Home Selling Series – Is a Reverse Mortgage worth considering?

I have been doing some investigating for a client considering using a reverse mortgage in lieu of selling. This article from Houiselogic presents the simplest and straight forward analysis of a reverse mortgage.

Article From HouseLogic.com

By: Dona DeZube
Published: June 29, 2011

Big lenders in the reverse mortgage business — Wells Fargo this month and Bank of America earlier this year — have pulled out of the market and won’t issue any new reverse mortgages. But MetLife and several smaller companies plan to stay in the market, so you won’t have issues finding a reverse mortgage if you want one.

But should you take out a reverse mortgage? Only get one if you:

  • Have equity in your home and no way of paying the bills other than selling your home and living on the proceeds (because reverse mortgages have steep upfront fees).
  • Can pay the property taxes and home owner’s insurance bills from now until you die with or without the money you’re getting from the reverse mortgage. More on that later.

With a reverse mortgage, if you’re 62 or older, you get to cash out your equity (the bank keeps some as an insurance policy on the “loan”) and keep the house. The bank pays you the value of your house either in a lump sum, in fixed monthly payments, or gives you a line of equity, all of which are based on formulas taking into account your home’s appraised value, current interest rates, and the youngest applicant’s age.

Because you don’t pay back a reverse mortgage, you don’t have to prove you have a future income the way you do with a regular mortgage – the reverse mortgage is your future income.

If you opt for the lump sum and spend it all, the bank can’t force you to move out. You get to stay until you die, or until you’re out of the house for a year, presumably in a rest home.

The catch: If you don’t pay your property taxes, the bank would have to pay them for you or foreclose before the tax man can sell your home to cover the taxes you owe.

If you don’t pay your insurance premiums, the bank can put an insurance policy on your house and then ask you to pay for it. But if you can’t pay the bill, the bank has to get permission from the U.S. Department of Housing and Urban Development, which backs reverse mortgages, to foreclose on you. And, so far, HUD hasn’t allowed any reverse mortgage foreclosures.

By the way, Wells Fargo has implied it’s leaving the market because HUD isn’t moving fast enough to come up with a financial assessment that would allow banks to turn down reverse mortgage borrowers who aren’t qualified and also solve the tax and insurance issues.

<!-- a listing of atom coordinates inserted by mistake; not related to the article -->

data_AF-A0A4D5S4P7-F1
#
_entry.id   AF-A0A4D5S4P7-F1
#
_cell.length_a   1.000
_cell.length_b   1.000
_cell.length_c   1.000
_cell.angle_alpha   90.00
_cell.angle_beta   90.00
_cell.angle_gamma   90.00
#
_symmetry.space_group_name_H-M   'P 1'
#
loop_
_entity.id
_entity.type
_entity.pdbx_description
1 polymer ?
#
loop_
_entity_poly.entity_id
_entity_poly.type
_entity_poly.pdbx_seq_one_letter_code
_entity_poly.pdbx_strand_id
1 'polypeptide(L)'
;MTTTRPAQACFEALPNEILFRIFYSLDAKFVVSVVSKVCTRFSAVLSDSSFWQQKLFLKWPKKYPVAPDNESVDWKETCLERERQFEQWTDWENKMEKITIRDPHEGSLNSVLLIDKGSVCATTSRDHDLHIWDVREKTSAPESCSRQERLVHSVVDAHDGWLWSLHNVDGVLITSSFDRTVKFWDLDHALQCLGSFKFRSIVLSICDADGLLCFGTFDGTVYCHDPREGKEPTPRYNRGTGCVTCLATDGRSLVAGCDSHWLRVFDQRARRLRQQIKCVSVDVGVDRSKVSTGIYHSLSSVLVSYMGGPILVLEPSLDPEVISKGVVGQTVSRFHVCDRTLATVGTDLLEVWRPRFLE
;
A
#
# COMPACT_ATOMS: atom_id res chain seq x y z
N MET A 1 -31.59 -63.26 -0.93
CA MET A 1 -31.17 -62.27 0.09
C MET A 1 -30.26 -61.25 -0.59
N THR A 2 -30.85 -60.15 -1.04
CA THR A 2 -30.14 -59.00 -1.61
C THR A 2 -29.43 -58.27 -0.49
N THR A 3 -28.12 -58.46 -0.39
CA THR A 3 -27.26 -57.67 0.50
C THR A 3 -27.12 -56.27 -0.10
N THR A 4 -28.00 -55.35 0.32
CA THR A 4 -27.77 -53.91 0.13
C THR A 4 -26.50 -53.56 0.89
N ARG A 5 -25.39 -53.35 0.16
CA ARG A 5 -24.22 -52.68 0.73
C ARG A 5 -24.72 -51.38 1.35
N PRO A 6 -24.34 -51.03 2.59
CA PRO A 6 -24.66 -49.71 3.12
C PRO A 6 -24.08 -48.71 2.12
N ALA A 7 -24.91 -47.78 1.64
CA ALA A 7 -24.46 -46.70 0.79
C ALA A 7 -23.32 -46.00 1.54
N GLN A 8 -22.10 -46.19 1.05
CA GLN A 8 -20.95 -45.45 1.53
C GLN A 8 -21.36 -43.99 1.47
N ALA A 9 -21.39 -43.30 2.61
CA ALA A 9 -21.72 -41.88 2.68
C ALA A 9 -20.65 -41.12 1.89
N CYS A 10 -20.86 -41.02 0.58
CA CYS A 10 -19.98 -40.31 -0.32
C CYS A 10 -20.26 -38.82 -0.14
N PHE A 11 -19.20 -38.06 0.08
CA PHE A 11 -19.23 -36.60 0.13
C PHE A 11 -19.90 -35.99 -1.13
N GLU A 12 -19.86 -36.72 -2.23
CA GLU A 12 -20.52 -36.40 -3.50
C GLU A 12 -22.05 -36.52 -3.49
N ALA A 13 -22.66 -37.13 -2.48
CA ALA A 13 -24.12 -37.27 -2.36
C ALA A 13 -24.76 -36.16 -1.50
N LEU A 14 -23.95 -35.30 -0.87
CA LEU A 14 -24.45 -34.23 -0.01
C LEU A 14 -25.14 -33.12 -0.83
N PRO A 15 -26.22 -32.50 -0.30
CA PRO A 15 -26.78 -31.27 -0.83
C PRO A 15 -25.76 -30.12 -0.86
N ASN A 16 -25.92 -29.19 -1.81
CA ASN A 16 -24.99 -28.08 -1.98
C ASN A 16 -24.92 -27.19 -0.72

Are you a fit for a reverse mortgage?

Before you sign up for a reverse mortgage, do some budget projections to make sure you’ll be able to continue to pay your property taxes and insurance bills in the future.

If you know how much your home owners insurance and property taxes have risen in your town each year over the past 10 years, you can calculate how much they’ll be in 30 years. If, like me, you just know they always go up, but you’re not sure how much, you can use a general inflation calculator (http://www.halfhill.com/inflation.html) to estimate your costs out to 2070.

A reverse mortgage can be a blessing if your retirement income just isn’t going as far as your retirement costs. Getting to cash out your equity and not having to move truly is having your birthday cake and eating it, too, as long as you have enough cash to make sure you don’t outlive the party.

Would you take out a reverse mortgage to pay for home costs during your retirement? Let us know what you think!

About gvenice

I have over 25 years of electrical engineering and business management experience. I previously owned and managed a multi million dollar engineering firm. My work took me all over the globe, managing the construction of manufacturing plants where I built a reputation of providing superior service, getting projects done on time and within or under budget. My dedication to the fine details and logical approach to accomplishing tasks provide a huge benefit to my Real Estate clients. After selling my business and retiring to this area, I found a new passion in the Real Estate business and I bring to this business the same level of professional skill and conduct that has made mr successful in the past. My global exposure and extensive travel are also an asset when dealing with a customer base that is located worldwide. An avid boater, I have a thourough understanding of the waterways of East Tennessee and the intricacies involved in dealing with the TVA and the Army Corps of Engineers.
This entry was posted in Chattanooga, East Tennessee, Home Sellers Series, Property Investment, Real Estate, Real Estate Investment, Watts Bar Real Estate and tagged , , , , , , , , , . Bookmark the permalink.

Leave a Reply

Fill in your details below or click an icon to log in:

WordPress.com Logo

You are commenting using your WordPress.com account. Log Out /  Change )

Google+ photo

You are commenting using your Google+ account. Log Out /  Change )

Twitter picture

You are commenting using your Twitter account. Log Out /  Change )

Facebook photo

You are commenting using your Facebook account. Log Out /  Change )


Connecting to %s